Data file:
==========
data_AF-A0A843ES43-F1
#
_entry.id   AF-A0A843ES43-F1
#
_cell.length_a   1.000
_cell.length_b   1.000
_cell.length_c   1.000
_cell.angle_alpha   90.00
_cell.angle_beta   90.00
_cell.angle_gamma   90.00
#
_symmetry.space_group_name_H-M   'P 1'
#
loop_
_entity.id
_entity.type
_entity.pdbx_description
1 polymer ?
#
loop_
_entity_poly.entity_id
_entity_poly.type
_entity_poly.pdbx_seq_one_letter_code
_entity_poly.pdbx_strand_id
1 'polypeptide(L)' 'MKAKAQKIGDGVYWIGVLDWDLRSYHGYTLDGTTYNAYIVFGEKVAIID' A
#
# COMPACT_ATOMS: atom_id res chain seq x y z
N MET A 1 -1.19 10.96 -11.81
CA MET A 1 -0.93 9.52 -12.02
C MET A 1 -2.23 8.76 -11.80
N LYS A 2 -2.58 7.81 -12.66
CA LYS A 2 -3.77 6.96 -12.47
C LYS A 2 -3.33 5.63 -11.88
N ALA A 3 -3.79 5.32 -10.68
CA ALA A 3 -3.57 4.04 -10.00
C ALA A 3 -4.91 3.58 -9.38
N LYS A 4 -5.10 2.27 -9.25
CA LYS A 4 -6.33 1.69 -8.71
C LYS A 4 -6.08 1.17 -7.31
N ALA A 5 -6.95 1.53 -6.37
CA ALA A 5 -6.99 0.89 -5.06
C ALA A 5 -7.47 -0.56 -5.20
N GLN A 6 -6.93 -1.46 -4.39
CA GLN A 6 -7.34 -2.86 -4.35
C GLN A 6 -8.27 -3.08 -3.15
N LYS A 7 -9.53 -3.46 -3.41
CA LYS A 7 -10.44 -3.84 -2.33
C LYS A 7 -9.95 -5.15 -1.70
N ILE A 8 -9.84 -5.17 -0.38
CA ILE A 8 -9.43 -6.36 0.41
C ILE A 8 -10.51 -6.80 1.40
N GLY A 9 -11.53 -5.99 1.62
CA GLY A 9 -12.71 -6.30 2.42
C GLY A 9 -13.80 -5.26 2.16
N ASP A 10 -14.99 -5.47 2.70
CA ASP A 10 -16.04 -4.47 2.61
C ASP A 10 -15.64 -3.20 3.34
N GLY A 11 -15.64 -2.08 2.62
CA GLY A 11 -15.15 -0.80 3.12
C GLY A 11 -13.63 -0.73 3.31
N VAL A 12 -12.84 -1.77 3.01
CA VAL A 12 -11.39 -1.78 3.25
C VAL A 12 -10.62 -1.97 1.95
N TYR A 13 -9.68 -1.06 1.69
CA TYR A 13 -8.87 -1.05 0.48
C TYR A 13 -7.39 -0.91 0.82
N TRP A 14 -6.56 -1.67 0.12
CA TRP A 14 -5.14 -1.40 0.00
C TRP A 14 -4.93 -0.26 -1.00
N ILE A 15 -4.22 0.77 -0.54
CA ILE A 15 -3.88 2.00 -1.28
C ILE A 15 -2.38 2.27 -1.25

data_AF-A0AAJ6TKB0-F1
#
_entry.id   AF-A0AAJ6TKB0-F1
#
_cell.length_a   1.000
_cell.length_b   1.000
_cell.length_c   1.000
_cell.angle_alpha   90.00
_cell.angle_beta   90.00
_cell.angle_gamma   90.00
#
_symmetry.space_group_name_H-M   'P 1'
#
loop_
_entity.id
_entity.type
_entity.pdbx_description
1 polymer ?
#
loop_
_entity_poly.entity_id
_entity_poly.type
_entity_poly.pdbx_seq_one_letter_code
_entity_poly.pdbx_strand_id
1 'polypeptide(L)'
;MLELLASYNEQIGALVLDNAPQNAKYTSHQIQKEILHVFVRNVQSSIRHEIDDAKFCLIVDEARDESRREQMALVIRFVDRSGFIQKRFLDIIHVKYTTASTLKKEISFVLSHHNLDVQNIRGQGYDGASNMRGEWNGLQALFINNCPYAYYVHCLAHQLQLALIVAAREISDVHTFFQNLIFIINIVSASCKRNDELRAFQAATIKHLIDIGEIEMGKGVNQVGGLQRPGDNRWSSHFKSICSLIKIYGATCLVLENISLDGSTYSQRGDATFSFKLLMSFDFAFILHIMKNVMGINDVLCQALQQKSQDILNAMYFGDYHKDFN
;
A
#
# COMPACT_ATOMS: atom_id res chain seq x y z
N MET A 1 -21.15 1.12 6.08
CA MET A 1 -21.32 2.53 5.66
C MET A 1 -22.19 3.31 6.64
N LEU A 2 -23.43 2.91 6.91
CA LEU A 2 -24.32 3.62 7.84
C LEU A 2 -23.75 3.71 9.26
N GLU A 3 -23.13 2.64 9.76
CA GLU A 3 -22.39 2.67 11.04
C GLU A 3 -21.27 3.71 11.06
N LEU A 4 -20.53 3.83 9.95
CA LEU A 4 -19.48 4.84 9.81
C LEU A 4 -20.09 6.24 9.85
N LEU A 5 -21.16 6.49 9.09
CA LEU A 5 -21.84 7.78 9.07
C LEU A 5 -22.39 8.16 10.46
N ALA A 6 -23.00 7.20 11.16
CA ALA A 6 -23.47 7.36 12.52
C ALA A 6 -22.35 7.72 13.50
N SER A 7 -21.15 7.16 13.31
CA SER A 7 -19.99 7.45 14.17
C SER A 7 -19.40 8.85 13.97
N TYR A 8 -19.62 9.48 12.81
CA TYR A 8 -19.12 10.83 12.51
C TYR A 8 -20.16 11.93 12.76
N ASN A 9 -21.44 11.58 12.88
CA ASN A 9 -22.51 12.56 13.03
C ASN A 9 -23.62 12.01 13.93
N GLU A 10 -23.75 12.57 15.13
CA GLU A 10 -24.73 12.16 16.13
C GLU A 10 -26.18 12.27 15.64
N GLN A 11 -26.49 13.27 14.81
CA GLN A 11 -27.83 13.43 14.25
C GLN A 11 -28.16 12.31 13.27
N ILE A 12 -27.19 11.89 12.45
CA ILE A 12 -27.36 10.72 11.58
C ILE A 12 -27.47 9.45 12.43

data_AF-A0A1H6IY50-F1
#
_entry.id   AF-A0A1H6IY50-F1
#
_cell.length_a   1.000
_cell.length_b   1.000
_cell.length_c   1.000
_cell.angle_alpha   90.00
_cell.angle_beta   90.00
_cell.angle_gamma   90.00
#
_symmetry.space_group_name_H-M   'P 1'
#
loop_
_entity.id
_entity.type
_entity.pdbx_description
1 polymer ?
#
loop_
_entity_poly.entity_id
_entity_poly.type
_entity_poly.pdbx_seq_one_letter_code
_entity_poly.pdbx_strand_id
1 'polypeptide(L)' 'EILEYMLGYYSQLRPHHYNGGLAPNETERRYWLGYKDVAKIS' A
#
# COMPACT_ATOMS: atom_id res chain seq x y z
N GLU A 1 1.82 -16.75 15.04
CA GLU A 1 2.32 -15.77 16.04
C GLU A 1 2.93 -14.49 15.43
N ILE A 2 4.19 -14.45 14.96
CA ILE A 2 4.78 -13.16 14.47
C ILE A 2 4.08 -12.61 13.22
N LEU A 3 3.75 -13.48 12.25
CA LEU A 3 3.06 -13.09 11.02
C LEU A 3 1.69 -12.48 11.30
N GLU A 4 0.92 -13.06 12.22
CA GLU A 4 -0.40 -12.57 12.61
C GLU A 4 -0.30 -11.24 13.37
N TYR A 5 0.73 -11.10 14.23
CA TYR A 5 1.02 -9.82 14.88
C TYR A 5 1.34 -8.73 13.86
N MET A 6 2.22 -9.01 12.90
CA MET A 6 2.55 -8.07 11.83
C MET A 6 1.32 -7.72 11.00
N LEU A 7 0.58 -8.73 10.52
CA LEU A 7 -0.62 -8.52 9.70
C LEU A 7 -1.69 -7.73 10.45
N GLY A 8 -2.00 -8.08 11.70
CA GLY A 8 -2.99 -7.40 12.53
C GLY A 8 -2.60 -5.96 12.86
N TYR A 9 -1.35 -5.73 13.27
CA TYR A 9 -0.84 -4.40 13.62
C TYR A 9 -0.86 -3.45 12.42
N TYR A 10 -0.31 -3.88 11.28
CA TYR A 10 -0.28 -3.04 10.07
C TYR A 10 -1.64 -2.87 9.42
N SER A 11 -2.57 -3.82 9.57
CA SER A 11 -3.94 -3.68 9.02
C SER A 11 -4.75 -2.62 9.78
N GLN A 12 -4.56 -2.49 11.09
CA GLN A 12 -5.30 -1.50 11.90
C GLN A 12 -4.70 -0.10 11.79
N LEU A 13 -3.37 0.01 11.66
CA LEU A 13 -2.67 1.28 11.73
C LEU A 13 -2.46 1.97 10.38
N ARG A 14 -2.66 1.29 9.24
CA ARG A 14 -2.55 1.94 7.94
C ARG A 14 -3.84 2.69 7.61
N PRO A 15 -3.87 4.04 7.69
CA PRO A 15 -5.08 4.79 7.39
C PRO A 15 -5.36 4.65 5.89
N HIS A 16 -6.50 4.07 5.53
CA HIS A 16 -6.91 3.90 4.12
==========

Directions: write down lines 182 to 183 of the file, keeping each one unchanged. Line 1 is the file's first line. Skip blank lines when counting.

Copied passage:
CA MET A 6 2.55 -8.07 11.83
C MET A 6 1.32 -7.72 11.00